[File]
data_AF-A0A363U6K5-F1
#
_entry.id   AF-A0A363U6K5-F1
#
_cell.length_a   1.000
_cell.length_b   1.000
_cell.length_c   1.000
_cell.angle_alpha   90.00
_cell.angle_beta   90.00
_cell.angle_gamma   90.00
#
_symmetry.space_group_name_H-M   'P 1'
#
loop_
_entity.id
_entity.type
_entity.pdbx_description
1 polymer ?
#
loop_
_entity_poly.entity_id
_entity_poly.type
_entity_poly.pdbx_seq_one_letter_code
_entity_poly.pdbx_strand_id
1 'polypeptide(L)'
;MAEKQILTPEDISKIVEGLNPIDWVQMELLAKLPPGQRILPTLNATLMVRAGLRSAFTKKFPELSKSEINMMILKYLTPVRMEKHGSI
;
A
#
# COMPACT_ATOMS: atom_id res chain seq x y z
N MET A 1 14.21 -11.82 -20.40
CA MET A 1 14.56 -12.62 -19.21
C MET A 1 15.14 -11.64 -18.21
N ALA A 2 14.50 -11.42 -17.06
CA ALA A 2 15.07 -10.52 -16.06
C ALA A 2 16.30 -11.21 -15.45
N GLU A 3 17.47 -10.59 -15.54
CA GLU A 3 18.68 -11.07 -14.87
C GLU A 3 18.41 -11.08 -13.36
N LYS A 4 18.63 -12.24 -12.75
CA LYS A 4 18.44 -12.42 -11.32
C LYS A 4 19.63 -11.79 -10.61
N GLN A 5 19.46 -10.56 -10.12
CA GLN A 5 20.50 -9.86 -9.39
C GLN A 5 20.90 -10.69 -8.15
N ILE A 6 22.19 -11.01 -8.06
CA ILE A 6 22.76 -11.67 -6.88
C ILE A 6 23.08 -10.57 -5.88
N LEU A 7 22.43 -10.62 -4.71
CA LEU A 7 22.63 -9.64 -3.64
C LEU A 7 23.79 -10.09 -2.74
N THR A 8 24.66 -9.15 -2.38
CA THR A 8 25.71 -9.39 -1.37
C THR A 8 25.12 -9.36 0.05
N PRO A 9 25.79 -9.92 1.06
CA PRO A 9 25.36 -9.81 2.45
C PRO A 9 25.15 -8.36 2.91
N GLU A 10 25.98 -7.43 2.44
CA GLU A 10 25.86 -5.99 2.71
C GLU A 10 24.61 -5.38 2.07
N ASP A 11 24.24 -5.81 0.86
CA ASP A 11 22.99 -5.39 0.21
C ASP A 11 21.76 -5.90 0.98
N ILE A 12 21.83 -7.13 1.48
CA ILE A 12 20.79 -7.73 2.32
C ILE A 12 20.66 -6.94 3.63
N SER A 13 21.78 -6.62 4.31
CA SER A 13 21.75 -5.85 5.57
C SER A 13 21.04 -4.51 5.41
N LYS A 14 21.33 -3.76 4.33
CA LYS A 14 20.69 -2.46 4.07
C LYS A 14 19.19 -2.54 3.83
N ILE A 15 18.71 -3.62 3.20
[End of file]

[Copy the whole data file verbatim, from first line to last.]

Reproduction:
data_AF-A0A363U6K5-F1
#
_entry.id   AF-A0A363U6K5-F1
#
_cell.length_a   1.000
_cell.length_b   1.000
_cell.length_c   1.000
_cell.angle_alpha   90.00
_cell.angle_beta   90.00
_cell.angle_gamma   90.00
#
_symmetry.space_group_name_H-M   'P 1'
#
loop_
_entity.id
_entity.type
_entity.pdbx_description
1 polymer ?
#
loop_
_entity_poly.entity_id
_entity_poly.type
_entity_poly.pdbx_seq_one_letter_code
_entity_poly.pdbx_strand_id
1 'polypeptide(L)'
;MAEKQILTPEDISKIVEGLNPIDWVQMELLAKLPPGQRILPTLNATLMVRAGLRSAFTKKFPELSKSEINMMILKYLTPVRMEKHGSI
;
A
#
# COMPACT_ATOMS: atom_id res chain seq x y z
N MET A 1 14.21 -11.82 -20.40
CA MET A 1 14.56 -12.62 -19.21
C MET A 1 15.14 -11.64 -18.21
N ALA A 2 14.50 -11.42 -17.06
CA ALA A 2 15.07 -10.52 -16.06
C ALA A 2 16.30 -11.21 -15.45
N GLU A 3 17.47 -10.59 -15.54
CA GLU A 3 18.68 -11.07 -14.87
C GLU A 3 18.41 -11.08 -13.36
N LYS A 4 18.63 -12.24 -12.75
CA LYS A 4 18.44 -12.42 -11.32
C LYS A 4 19.63 -11.79 -10.61
N GLN A 5 19.46 -10.56 -10.12
CA GLN A 5 20.50 -9.86 -9.39
C GLN A 5 20.90 -10.69 -8.15
N ILE A 6 22.19 -11.01 -8.06
CA ILE A 6 22.76 -11.67 -6.88
C ILE A 6 23.08 -10.57 -5.88
N LEU A 7 22.43 -10.62 -4.71
CA LEU A 7 22.63 -9.64 -3.64
C LEU A 7 23.79 -10.09 -2.74
N THR A 8 24.66 -9.15 -2.38
CA THR A 8 25.71 -9.39 -1.37
C THR A 8 25.12 -9.36 0.05
N PRO A 9 25.79 -9.92 1.06
CA PRO A 9 25.36 -9.81 2.45
C PRO A 9 25.15 -8.36 2.91
N GLU A 10 25.98 -7.43 2.44
CA GLU A 10 25.86 -5.99 2.71
C GLU A 10 24.61 -5.38 2.07
N ASP A 11 24.24 -5.81 0.86
CA ASP A 11 22.99 -5.39 0.21
C ASP A 11 21.76 -5.90 0.98
N ILE A 12 21.83 -7.13 1.48
CA ILE A 12 20.79 -7.73 2.32
C ILE A 12 20.66 -6.94 3.63
N SER A 13 21.78 -6.62 4.31
CA SER A 13 21.75 -5.85 5.57
C SER A 13 21.04 -4.51 5.41
N LYS A 14 21.33 -3.76 4.33
CA LYS A 14 20.69 -2.46 4.07
C LYS A 14 19.19 -2.54 3.83
N ILE A 15 18.71 -3.62 3.20